Recycling Using Everyday Materials

I come from a pretty simple and traditionally middle class home. Being in small town Illinois for 18 years of my life made me subject to some mostly average and “normal” trends and ways of doing things. I’d say the majority of things I’ve experienced and learned actually came after I graduated high school, simply because there was an extreme lack of diversity in my home town.

For example, we never used to really “go out” simply because there weren’t many options to travel to. We also didn’t eat at many ethnically diverse restaurants or even attempt cooking different dishes from different cultures because we lived small and simply. That is, my parents chose to do what they always knew and what was easy.

So, it probably comes as no surprise that we never used to recycle, either. This is something that has affected my way of life since moving out. I find myself always wanting to try to recycle but never committing to the act.

And up until now, I never thought it would be worth it. But now that I know the benefits and impacts recycling has on the earth, it’s absolutely imperative that I begin now.

The problem I always had was thinking I have to have dedicated recycling boxes to each material. In addition, where I grew up, there were no recycling drop off points nearby. I would have had to drive at least 40 minutes to the nearest dropoff location (yes, I’m serious).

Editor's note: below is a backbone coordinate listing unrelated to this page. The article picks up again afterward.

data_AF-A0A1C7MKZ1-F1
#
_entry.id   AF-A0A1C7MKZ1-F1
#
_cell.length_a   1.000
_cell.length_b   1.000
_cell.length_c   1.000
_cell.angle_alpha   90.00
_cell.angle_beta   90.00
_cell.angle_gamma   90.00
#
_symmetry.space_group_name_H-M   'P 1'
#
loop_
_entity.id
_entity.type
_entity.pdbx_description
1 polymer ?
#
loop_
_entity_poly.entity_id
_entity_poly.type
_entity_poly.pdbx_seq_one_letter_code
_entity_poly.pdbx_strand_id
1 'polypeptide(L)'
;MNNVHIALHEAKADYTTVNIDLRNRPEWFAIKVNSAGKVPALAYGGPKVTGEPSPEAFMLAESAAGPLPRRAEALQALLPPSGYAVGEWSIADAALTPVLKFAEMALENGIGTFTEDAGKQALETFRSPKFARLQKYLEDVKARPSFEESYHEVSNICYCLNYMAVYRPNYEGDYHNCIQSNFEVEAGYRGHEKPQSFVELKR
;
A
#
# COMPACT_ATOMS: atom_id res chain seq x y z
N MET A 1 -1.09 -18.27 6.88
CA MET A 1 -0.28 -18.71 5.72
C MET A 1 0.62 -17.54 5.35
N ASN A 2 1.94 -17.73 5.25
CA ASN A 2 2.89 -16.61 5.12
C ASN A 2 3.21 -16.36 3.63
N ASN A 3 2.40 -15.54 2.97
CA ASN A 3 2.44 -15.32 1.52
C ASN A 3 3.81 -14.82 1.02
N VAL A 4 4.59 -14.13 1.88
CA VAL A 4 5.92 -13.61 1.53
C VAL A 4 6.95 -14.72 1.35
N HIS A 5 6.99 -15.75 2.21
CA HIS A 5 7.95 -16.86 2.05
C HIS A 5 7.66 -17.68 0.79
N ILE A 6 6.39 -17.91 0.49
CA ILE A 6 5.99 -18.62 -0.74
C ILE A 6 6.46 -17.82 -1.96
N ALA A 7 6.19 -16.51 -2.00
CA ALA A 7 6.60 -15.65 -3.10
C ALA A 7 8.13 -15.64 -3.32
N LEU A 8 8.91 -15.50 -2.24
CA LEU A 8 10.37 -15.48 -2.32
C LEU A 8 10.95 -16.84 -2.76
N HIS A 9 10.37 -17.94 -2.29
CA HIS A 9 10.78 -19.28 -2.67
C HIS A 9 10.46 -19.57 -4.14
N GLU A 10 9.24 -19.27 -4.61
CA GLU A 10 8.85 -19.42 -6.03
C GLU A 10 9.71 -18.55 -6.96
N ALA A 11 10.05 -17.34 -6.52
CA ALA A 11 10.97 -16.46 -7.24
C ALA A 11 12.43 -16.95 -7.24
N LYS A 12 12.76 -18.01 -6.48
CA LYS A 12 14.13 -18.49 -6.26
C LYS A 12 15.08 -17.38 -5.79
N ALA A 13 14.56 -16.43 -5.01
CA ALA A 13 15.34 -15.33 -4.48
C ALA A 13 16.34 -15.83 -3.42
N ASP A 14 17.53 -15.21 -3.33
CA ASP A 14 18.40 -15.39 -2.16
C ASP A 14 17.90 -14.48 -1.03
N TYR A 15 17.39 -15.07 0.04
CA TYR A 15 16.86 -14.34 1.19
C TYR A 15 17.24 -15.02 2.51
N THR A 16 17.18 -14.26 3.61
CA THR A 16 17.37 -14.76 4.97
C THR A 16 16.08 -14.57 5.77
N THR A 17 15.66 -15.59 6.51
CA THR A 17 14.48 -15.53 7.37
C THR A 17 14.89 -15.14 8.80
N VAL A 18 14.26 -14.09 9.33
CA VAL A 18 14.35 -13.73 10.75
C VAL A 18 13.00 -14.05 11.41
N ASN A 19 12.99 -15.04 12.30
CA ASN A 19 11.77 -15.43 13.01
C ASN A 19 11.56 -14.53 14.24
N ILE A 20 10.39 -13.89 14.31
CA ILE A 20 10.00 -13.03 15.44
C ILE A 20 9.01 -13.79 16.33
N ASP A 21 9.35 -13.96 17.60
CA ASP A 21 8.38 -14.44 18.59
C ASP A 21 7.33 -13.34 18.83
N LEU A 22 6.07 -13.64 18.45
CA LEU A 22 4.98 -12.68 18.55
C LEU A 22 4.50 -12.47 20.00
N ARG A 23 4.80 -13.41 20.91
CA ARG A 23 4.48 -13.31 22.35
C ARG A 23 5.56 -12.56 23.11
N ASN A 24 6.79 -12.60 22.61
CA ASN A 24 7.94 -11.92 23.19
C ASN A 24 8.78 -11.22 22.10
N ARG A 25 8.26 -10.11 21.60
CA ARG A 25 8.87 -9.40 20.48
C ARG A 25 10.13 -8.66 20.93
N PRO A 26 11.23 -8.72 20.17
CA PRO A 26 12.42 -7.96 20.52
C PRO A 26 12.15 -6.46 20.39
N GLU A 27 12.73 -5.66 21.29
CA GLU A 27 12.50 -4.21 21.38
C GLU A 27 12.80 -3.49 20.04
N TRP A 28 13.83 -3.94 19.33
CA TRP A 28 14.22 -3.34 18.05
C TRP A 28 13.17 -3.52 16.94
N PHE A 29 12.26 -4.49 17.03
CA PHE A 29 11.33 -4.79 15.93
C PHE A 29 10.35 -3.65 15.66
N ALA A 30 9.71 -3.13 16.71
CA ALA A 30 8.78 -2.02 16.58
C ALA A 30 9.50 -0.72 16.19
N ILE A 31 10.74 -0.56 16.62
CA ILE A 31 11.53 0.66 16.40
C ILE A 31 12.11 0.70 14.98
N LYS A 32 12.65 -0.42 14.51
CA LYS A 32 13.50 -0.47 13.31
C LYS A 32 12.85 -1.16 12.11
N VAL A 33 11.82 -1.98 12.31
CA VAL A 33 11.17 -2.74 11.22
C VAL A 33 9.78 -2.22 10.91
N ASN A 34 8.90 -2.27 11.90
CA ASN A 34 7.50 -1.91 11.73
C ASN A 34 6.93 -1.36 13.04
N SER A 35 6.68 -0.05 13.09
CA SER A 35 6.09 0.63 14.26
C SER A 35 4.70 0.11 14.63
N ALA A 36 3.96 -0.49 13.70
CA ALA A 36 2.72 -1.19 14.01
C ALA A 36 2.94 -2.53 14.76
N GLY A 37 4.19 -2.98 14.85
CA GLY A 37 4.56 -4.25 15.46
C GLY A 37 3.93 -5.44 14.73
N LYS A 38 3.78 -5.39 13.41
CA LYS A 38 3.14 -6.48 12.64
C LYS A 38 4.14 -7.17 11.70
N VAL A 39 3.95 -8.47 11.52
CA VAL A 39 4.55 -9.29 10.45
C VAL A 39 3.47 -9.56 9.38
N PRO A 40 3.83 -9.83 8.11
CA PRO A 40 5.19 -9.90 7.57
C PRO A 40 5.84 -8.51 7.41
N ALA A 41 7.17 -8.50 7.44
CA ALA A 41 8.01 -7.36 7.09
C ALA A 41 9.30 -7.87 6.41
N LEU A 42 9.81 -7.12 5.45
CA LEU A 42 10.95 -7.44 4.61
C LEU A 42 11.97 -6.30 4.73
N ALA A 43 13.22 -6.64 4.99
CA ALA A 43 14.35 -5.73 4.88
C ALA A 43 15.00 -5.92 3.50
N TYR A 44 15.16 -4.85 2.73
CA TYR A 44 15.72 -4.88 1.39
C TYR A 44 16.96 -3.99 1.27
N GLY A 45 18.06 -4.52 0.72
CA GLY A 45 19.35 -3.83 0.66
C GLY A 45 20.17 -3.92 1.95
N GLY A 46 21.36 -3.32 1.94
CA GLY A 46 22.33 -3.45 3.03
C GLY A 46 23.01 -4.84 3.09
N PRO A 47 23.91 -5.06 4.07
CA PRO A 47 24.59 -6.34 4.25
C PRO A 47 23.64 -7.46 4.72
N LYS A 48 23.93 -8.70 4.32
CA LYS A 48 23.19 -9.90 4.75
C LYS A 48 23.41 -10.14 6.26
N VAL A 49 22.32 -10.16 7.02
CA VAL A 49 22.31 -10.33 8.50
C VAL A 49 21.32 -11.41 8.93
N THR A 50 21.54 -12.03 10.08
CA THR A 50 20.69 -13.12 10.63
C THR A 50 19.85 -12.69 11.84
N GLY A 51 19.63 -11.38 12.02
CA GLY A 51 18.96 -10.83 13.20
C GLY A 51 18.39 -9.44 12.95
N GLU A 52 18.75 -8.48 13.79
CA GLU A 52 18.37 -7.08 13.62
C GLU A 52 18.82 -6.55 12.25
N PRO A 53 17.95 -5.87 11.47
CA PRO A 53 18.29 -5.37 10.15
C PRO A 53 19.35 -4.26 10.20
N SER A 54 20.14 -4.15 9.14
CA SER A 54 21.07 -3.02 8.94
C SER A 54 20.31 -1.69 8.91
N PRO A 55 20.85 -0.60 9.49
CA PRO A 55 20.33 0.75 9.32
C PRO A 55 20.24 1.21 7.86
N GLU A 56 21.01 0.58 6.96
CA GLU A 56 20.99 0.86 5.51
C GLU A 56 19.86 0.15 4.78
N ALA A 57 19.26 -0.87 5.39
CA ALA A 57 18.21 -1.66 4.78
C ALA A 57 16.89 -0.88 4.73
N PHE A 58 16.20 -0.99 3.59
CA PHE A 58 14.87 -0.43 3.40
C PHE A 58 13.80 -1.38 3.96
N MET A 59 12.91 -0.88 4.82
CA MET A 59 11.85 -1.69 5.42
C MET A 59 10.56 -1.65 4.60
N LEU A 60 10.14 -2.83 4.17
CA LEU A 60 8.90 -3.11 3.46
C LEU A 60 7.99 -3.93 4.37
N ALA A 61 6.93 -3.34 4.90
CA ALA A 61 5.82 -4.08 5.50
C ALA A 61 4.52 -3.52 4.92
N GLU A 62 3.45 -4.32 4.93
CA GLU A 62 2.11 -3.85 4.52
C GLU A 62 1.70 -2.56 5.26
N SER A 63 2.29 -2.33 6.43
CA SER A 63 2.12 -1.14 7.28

Those two problems are nonfactors for me now. We have a recycling drop off point that’s a two or three minute drive away, which is an incredible boon for our want to begin.

As for the containers, well, we’ve thought about ordering cute plastic containers online, but since that will have to wait for a few weeks, we’re going with cardboard.

I’m sure you’re like me in that you have a few cheap moving boxes laying around the house not being used whatsoever. This is the perfect place to start, especially since the boxes are free and taking up space anyway. You may as well get some use out of them, because that’s what we’re doing. Our cheap moving boxes are big enough to retain plastic for about a week and glass for three to four weeks. And all paper will fit for a good month before needing to be recycled (unless cardboard is shoved in there).

These things simply take a will to start them. Once you’ve begun, you can be proud of yourself for accomplishing the hardest part. From there, everything gets easier.

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